Long-term Secondary Prevention Post-CABG Important Yet Lacking: SWEDEHEART

The notable exception for the researchers was that beta-blockers didn’t reduce mortality risk.

Long-term Secondary Prevention Post-CABG Important Yet Lacking: SWEDEHEART

PARIS, France—Following CABG surgery, use of secondary prevention medications like statins and renin-angiotensin-aldosterone system (RAAS) inhibitors is high at 6 months after discharge but falls over the ensuing years, according to results from the SWEDEHEART registry. Both of these drug classes were associated with a significant reduction in mortality risk over time, underscoring the importance of long-term adherence.

“Part of the problem with secondary prevention [is] that you're not treating symptoms but instead you're trying to better the prognosis,” said Erik Björklund, MD (Sahlgrenska Academy, Gothenburg, Sweden), who presented the SWEDEHEART results yesterday in a Hot Line session here at the European Society of Cardiology Congress 2019. When people start to feel “fine” a year or two after CABG, that’s when they stop taking their meds, he told TCTMD. For physicians, “it means that you need to stay sharp. CABG is not a cure for coronary artery disease, but it's symptom-relieving. Coronary artery disease is chronic and progressive in both the native vessels and grafts. Therefore, you need to continue treating it.”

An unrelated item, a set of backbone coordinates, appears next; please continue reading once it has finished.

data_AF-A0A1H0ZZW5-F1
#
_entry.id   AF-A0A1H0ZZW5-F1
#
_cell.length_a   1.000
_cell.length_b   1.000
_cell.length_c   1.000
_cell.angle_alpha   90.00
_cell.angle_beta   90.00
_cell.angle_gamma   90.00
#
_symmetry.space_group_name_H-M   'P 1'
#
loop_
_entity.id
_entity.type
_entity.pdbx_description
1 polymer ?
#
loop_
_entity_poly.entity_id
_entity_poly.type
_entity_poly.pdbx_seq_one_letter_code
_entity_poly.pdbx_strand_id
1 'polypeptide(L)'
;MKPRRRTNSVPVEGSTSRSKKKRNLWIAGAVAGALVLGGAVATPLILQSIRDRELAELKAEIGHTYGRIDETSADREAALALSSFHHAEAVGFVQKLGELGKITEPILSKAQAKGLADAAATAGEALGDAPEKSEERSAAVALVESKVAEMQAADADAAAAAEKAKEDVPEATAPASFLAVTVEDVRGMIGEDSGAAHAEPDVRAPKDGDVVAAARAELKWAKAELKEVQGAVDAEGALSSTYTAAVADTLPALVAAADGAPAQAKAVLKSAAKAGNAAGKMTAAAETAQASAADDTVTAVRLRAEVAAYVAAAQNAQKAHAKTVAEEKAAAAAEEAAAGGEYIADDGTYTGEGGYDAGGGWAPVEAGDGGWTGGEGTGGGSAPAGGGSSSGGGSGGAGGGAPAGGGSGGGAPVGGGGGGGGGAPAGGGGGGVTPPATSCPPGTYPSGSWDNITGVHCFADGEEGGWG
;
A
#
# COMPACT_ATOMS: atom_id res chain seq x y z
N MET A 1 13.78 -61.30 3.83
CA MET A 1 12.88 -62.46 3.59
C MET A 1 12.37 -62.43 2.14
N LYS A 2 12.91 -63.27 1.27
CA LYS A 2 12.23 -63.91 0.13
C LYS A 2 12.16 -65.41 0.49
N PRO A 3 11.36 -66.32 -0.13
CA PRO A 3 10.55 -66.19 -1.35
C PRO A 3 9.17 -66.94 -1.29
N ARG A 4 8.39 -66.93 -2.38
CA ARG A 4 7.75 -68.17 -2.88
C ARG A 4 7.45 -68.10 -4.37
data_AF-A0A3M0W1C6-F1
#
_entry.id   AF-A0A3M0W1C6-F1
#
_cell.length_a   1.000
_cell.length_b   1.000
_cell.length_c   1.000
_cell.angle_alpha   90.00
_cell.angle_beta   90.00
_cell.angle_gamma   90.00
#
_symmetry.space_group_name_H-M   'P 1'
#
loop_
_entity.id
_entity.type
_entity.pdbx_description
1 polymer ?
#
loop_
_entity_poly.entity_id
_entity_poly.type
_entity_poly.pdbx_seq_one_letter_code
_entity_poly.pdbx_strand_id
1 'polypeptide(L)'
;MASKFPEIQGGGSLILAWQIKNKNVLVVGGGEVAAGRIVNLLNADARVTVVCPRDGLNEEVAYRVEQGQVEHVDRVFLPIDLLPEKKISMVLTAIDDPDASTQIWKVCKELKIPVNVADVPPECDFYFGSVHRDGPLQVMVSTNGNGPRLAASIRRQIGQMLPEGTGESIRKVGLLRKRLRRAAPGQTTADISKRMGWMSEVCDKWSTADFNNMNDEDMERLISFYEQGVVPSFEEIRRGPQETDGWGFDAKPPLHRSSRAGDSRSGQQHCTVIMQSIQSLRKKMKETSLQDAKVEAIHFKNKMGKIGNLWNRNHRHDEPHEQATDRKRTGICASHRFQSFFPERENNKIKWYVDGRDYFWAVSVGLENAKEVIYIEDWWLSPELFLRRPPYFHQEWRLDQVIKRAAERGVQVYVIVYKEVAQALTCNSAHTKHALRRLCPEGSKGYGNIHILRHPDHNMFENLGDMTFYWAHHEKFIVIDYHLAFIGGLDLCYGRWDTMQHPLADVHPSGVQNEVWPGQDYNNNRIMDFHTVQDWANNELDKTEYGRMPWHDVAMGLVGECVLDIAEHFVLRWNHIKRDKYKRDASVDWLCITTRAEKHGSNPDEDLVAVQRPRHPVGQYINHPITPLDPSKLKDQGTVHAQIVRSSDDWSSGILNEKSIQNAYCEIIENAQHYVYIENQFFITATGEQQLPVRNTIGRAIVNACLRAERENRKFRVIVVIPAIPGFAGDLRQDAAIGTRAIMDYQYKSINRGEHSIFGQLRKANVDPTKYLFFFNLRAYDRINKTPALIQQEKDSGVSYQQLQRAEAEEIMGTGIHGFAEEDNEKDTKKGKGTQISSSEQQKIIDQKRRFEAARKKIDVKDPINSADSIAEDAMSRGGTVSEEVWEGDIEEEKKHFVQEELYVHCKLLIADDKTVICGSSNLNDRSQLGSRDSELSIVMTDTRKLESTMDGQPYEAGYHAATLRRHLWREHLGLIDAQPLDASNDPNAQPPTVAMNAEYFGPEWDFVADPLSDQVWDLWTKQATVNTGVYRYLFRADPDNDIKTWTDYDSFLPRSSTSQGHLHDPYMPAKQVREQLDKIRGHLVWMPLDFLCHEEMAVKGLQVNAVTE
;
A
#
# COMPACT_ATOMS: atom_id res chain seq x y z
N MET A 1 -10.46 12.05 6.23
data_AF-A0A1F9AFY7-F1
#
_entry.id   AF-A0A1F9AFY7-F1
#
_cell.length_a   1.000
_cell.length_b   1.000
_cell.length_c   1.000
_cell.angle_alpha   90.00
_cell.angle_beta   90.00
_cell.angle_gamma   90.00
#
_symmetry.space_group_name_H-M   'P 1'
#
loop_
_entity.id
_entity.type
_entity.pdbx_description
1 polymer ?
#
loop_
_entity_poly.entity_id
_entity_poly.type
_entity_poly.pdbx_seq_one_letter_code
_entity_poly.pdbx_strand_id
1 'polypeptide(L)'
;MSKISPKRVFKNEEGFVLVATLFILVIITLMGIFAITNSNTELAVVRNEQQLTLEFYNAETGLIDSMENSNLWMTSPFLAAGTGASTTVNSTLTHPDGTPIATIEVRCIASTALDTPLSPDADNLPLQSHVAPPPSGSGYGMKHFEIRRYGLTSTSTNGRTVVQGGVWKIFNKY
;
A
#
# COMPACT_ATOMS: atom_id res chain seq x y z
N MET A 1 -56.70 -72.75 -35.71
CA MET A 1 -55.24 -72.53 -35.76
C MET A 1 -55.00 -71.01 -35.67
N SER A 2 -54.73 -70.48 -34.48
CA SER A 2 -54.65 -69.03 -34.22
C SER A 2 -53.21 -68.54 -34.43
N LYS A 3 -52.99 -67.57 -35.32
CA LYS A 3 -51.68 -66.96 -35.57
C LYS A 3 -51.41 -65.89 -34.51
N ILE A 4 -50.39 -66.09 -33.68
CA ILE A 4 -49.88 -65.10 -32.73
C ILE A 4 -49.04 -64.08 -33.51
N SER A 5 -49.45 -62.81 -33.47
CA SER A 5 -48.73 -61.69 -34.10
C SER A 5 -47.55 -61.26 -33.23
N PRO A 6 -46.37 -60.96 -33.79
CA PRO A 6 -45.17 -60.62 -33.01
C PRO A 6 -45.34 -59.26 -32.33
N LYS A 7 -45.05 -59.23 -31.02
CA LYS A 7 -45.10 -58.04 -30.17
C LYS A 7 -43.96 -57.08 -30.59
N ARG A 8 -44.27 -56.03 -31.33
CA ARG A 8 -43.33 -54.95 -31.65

“With bypass surgery, medications definitely get overlooked a lot of the time,” Martha Gulati, MD (University of Arizona, Phoenix), who was not involved with the study, commented to TCTMD. “Saying to someone, ‘Okay, you have to take the aspirin forever, you have to take a statin forever,’ it is harder for patients to accept that they need a medication to control their disease.”